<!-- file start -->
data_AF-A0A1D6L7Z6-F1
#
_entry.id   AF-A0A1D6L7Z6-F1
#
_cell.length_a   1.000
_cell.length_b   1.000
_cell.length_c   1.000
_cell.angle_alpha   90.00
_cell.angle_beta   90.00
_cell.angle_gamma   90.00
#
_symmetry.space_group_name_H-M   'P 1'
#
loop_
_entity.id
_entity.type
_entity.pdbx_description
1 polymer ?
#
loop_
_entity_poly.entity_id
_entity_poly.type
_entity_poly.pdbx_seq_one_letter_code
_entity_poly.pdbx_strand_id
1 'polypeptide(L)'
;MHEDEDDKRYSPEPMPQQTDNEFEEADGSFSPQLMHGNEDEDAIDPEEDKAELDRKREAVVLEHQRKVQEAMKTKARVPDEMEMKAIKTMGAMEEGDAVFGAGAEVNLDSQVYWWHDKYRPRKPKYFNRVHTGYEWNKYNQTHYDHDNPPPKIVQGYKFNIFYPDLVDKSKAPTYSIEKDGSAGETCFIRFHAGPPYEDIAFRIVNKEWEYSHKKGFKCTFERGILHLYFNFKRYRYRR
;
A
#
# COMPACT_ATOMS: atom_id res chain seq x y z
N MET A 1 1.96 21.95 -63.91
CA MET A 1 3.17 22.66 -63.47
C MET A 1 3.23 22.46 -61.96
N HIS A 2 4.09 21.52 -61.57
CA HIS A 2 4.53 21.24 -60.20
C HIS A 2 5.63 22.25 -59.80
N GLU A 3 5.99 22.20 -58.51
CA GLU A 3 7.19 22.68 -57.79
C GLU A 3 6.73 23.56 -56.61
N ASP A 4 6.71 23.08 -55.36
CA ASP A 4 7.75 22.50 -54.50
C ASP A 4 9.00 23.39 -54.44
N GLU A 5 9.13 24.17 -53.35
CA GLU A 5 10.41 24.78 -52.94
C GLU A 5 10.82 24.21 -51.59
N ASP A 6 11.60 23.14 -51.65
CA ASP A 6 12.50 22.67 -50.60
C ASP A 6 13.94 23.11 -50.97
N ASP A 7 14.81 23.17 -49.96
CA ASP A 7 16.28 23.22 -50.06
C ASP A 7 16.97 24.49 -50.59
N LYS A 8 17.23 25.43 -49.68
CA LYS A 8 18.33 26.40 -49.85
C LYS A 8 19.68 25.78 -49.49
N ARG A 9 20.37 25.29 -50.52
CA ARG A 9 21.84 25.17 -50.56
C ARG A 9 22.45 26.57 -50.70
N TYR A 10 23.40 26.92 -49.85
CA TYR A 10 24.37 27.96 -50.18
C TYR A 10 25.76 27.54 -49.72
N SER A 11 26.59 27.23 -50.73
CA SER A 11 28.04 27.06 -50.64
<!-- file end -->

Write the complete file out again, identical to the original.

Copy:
data_AF-A0A1D6L7Z6-F1
#
_entry.id   AF-A0A1D6L7Z6-F1
#
_cell.length_a   1.000
_cell.length_b   1.000
_cell.length_c   1.000
_cell.angle_alpha   90.00
_cell.angle_beta   90.00
_cell.angle_gamma   90.00
#
_symmetry.space_group_name_H-M   'P 1'
#
loop_
_entity.id
_entity.type
_entity.pdbx_description
1 polymer ?
#
loop_
_entity_poly.entity_id
_entity_poly.type
_entity_poly.pdbx_seq_one_letter_code
_entity_poly.pdbx_strand_id
1 'polypeptide(L)'
;MHEDEDDKRYSPEPMPQQTDNEFEEADGSFSPQLMHGNEDEDAIDPEEDKAELDRKREAVVLEHQRKVQEAMKTKARVPDEMEMKAIKTMGAMEEGDAVFGAGAEVNLDSQVYWWHDKYRPRKPKYFNRVHTGYEWNKYNQTHYDHDNPPPKIVQGYKFNIFYPDLVDKSKAPTYSIEKDGSAGETCFIRFHAGPPYEDIAFRIVNKEWEYSHKKGFKCTFERGILHLYFNFKRYRYRR
;
A
#
# COMPACT_ATOMS: atom_id res chain seq x y z
N MET A 1 1.96 21.95 -63.91
CA MET A 1 3.17 22.66 -63.47
C MET A 1 3.23 22.46 -61.96
N HIS A 2 4.09 21.52 -61.57
CA HIS A 2 4.53 21.24 -60.20
C HIS A 2 5.63 22.25 -59.80
N GLU A 3 5.99 22.20 -58.51
CA GLU A 3 7.19 22.68 -57.79
C GLU A 3 6.73 23.56 -56.61
N ASP A 4 6.71 23.08 -55.36
CA ASP A 4 7.75 22.50 -54.50
C ASP A 4 9.00 23.39 -54.44
N GLU A 5 9.13 24.17 -53.35
CA GLU A 5 10.41 24.78 -52.94
C GLU A 5 10.82 24.21 -51.59
N ASP A 6 11.60 23.14 -51.65
CA ASP A 6 12.50 22.67 -50.60
C ASP A 6 13.94 23.11 -50.97
N ASP A 7 14.81 23.17 -49.96
CA ASP A 7 16.28 23.22 -50.06
C ASP A 7 16.97 24.49 -50.59
N LYS A 8 17.23 25.43 -49.68
CA LYS A 8 18.33 26.40 -49.85
C LYS A 8 19.68 25.78 -49.49
N ARG A 9 20.37 25.29 -50.52
CA ARG A 9 21.84 25.17 -50.56
C ARG A 9 22.45 26.57 -50.70
N TYR A 10 23.40 26.92 -49.85
CA TYR A 10 24.37 27.96 -50.18
C TYR A 10 25.76 27.54 -49.72
N SER A 11 26.59 27.23 -50.73
CA SER A 11 28.04 27.06 -50.64